U of S | Mailing List Archive | alt-photo-process-l | Re: my first two gum prints

Re: my first two gum prints

Hi All,
This seems to me a demonstration of how differently different people will view the same image.

I think Little Sister is a nicely made tricolor gum print and a cute image, but the other image, the portrait, really speaks to me. I could live with this image, in fact I keep it open on my desktop so I can look at it often. I like the colors just as they are; the golden brown light in the face echoes the golden brown light in the background, and the pink of the vest provides a subtle color contrast while still echoing some of the same hue tones; it brings out the light of the face while remaining in the background itself. To me, it's an analogous color scheme that works very beautifully, and doesn't need any cool tones to be a well balanced picture. I was a bit sorry to learn that the sweater is actually more purple, which would be a different, more complementary and therefore competing rather than supporting, color interaction. Not bad in and of itself, but the effect would be different.

But that's the cool thing about gum printing, is that like painters, we can think about these questions of how colors work together, and like painters, we could even choose colors that work together in ways that suit our purpose, rather than represent the actual colors if they don't.

Not that I think Charles should go out of his way to change the colors in the original image, if he'd prefer to print it more realistically. My point here is more a general point that comes out of the context of other things I've been thinking about recently: isn't it great that in gum printing we have the option to express an image in whatever colors we want to use (more like a painter than a photographer) without having any obligation to, or being forced by technology to, represent the scene in the colors of the original scene.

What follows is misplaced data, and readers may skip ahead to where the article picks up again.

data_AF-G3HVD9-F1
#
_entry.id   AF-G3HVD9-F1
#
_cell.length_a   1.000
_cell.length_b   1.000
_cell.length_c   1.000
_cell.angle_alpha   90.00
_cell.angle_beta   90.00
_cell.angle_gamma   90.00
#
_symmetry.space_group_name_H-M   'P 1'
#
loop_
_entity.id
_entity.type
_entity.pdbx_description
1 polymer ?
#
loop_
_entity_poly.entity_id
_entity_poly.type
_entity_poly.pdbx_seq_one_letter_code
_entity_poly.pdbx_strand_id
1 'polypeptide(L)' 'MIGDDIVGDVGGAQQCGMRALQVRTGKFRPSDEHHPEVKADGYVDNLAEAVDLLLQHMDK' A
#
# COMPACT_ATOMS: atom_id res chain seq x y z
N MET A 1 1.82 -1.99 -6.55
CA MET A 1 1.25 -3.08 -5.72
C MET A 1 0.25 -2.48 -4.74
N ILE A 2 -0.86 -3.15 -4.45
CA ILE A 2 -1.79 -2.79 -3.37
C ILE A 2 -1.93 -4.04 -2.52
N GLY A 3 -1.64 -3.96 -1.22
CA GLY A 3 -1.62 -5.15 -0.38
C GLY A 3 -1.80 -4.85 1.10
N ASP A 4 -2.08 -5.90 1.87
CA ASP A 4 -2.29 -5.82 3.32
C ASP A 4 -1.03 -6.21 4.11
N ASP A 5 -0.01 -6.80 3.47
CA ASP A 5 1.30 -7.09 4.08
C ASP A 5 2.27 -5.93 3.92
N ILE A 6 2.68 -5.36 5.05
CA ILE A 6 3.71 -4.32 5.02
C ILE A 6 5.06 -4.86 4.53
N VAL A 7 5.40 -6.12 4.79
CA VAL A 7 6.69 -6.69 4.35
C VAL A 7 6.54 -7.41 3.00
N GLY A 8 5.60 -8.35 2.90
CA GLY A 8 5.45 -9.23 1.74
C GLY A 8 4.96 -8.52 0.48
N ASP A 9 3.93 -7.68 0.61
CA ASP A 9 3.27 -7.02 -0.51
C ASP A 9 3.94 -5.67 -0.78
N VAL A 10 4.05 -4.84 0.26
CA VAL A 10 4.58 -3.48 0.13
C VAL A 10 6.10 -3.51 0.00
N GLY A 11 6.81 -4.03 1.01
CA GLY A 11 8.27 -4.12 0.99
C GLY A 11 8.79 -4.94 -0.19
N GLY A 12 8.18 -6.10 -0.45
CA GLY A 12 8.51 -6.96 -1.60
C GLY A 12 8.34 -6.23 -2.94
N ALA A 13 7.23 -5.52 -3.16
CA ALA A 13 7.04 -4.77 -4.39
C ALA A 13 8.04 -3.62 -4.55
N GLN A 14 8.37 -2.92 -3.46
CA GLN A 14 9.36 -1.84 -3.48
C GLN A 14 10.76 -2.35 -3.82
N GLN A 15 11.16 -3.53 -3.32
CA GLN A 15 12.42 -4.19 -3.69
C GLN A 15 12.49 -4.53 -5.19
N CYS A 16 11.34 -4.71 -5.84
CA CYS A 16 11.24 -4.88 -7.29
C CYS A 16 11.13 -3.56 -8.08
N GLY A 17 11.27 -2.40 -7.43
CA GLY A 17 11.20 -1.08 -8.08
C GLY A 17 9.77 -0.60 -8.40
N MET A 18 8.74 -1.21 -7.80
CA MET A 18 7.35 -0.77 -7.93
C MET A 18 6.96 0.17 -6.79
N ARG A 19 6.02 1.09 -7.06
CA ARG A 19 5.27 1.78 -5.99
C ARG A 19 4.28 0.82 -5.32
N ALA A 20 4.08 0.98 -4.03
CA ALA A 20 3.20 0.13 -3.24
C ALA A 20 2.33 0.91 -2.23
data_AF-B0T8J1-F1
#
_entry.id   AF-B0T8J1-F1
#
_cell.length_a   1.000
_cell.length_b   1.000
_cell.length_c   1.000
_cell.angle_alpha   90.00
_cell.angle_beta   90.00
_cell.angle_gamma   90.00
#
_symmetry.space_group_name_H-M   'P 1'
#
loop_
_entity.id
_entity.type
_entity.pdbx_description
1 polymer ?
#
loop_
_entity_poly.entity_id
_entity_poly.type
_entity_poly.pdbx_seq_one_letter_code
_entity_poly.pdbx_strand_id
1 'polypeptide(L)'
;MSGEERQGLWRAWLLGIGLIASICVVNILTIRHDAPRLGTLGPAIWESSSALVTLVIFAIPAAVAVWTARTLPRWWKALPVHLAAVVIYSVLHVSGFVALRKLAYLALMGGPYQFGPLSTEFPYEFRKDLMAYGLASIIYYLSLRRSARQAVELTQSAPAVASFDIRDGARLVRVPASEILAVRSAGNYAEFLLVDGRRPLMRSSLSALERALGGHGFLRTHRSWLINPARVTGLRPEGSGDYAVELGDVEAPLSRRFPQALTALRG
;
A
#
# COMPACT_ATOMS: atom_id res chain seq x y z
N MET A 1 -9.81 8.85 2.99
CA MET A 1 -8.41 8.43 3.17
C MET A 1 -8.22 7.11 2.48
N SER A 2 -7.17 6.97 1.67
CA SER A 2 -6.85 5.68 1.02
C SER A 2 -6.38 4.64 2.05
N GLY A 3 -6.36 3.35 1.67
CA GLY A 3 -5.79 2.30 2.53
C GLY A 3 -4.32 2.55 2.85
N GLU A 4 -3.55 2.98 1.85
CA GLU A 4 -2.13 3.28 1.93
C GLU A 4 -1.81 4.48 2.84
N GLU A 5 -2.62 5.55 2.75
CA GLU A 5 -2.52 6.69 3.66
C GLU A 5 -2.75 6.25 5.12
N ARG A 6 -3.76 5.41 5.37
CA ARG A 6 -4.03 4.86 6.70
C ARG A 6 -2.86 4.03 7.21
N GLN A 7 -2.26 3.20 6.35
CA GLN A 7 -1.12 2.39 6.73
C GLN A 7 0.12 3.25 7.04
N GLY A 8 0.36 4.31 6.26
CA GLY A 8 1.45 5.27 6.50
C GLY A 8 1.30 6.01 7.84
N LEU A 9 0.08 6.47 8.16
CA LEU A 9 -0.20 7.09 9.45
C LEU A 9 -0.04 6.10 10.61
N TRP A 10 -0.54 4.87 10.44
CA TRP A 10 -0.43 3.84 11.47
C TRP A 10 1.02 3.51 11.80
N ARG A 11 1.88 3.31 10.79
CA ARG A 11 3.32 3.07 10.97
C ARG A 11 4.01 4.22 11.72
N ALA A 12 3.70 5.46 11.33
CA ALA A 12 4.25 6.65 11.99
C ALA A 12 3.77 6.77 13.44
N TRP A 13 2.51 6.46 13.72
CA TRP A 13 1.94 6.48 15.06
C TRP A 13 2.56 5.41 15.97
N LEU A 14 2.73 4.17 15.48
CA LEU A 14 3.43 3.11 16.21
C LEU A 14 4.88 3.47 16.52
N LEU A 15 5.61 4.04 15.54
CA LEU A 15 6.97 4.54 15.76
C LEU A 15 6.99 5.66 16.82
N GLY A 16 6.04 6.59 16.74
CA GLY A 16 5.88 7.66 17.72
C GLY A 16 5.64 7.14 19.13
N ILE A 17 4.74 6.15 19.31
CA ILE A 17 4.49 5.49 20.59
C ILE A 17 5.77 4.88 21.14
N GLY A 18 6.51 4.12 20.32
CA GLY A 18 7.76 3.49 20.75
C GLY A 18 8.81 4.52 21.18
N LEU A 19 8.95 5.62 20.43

I agree; if there's no texture in the negatives you've got, there's no point in printing them again to try to print texture in. I don't think I quite understood that, at first.

My 2cents,

On Sep 17, 2007, at 9:39 AM, ryberg wrote:

Many thanks to those who said such nice things about my prints.
Even greater thanks to those who offered advice. It is all carefully noted and will be used, if not on these images, on some others.
For those who asked, I'm using the three colors which came in an inexpensive set from Daniel Smith--Hansa Yelow Medium, Perylene Red and French Ultramarine. The screaming yellow in Little Sister is intentional--her stockings were screaming yellow. I failed to get her dress a much brighter green to match the real one. Korean children and many adults wear BRIGHT colors. There is no story behind the image--just a tired little girl at a long public celebration of Budda's birthday. The overly warm look in Adjuma may well be too warm but, again, it is a warm image with the dried vegitation behind. Her purple sweater is not quite purple enough. I'm still working on that image, so I can cool it down and see how it looks.
As to the several suggestions that I print over the image--I just can't do it. My small muscle control and my poor eye-hand coordination make hand registration impossible. I use registration pins and plan all my negatives from the start so I can punch them at one time. The negatives I have show no texture in the hat, so I could reprint forever and not get any. I did try (disaster) a new negative to add some texture to the hat. A closer inspection of the Photoshop image indicates that the texture in the hat, while present, is pretty pale. What I am doing now is adjusting the photoshop image to add the texture to the hat and sleeve, reprinting the negs and now the image. I'll post it when it is done. I don't work as fast as many of you.
Charles Portland Oregon